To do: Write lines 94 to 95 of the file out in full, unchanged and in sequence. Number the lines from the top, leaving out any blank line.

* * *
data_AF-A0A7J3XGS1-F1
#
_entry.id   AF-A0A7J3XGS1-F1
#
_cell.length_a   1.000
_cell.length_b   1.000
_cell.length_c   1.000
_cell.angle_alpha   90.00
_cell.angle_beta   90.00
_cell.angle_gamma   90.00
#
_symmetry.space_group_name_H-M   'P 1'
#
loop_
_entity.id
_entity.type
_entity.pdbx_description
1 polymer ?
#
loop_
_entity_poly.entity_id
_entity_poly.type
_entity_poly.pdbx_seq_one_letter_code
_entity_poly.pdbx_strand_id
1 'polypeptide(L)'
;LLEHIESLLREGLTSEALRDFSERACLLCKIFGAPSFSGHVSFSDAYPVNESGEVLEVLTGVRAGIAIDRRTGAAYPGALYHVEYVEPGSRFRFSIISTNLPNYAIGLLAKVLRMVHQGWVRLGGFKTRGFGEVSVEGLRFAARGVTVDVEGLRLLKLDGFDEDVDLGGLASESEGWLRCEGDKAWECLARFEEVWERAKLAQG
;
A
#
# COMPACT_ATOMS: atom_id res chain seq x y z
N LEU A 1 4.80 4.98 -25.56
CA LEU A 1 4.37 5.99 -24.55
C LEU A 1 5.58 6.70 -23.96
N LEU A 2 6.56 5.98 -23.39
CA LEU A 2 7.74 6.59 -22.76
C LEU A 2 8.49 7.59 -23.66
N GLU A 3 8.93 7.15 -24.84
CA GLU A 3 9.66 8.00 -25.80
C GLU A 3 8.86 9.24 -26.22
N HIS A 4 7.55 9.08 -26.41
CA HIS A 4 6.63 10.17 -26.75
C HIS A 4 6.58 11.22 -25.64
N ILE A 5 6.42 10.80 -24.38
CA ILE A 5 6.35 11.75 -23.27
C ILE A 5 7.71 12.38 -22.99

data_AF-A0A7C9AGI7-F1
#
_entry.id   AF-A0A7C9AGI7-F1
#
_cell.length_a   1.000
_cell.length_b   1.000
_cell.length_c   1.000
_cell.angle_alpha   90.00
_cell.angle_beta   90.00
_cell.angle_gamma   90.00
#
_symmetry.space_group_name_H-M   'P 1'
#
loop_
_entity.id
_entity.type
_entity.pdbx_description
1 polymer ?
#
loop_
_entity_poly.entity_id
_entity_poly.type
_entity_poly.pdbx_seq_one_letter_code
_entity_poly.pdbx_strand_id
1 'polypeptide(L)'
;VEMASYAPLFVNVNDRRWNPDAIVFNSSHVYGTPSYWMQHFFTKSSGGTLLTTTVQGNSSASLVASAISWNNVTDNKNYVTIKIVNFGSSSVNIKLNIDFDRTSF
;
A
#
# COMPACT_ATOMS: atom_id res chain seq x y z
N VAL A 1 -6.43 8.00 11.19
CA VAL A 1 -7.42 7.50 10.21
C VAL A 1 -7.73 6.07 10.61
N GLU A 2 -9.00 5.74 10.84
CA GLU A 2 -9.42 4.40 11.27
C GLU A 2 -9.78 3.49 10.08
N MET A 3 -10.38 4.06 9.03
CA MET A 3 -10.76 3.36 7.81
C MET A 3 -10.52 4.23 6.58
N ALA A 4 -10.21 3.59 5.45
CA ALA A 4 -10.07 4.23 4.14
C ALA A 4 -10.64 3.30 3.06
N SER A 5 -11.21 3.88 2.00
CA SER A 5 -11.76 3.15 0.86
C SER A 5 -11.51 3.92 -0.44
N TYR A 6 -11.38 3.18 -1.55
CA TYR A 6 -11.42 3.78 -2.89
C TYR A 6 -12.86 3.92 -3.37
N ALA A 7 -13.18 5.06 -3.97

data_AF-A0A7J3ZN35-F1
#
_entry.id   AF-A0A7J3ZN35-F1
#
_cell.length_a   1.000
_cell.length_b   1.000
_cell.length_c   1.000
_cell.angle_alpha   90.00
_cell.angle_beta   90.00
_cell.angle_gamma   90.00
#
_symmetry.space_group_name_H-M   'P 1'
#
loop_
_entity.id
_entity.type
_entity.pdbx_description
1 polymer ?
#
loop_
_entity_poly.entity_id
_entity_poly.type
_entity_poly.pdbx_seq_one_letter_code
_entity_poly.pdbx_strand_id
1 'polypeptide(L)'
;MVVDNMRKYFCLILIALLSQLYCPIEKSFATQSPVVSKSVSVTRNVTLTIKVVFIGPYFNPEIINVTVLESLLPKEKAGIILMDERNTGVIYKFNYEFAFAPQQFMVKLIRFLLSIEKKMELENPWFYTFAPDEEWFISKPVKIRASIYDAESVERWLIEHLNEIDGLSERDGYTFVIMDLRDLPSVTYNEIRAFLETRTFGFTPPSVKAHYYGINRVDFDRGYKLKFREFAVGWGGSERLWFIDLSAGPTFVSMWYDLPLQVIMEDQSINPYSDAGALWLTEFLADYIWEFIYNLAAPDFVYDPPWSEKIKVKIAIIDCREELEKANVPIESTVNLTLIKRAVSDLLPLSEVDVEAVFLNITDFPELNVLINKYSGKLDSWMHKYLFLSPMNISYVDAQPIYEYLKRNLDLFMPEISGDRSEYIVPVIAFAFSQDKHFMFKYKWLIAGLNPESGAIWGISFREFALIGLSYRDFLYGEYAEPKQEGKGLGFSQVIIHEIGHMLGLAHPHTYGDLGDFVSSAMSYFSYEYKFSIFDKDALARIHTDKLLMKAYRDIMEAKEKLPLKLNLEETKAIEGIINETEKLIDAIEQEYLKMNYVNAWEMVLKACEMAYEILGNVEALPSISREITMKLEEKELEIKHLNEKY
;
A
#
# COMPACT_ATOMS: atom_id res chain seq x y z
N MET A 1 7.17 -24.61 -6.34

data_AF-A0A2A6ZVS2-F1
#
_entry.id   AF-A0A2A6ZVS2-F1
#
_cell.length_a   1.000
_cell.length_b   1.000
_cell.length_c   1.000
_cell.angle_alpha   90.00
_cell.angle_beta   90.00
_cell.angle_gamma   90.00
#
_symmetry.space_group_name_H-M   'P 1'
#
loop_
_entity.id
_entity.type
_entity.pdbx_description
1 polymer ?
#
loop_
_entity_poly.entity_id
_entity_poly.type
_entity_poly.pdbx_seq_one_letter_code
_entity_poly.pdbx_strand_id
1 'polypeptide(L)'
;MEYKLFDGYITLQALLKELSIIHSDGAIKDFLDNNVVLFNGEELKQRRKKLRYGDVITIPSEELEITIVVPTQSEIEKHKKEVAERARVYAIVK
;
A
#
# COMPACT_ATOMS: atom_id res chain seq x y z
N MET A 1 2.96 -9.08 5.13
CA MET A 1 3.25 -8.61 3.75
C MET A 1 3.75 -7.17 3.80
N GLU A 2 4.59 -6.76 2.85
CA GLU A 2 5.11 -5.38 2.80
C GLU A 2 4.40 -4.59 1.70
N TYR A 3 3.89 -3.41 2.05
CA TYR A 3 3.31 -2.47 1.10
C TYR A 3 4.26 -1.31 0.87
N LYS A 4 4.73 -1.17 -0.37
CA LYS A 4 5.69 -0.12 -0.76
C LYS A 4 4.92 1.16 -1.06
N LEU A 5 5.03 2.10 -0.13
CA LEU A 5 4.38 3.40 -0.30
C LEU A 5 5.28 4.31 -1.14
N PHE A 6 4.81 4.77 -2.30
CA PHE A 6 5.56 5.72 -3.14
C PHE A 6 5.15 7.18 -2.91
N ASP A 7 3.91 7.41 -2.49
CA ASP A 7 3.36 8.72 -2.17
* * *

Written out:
N ALA A 7 -13.18 5.06 -3.97

data_AF-A0A7J3ZN35-F1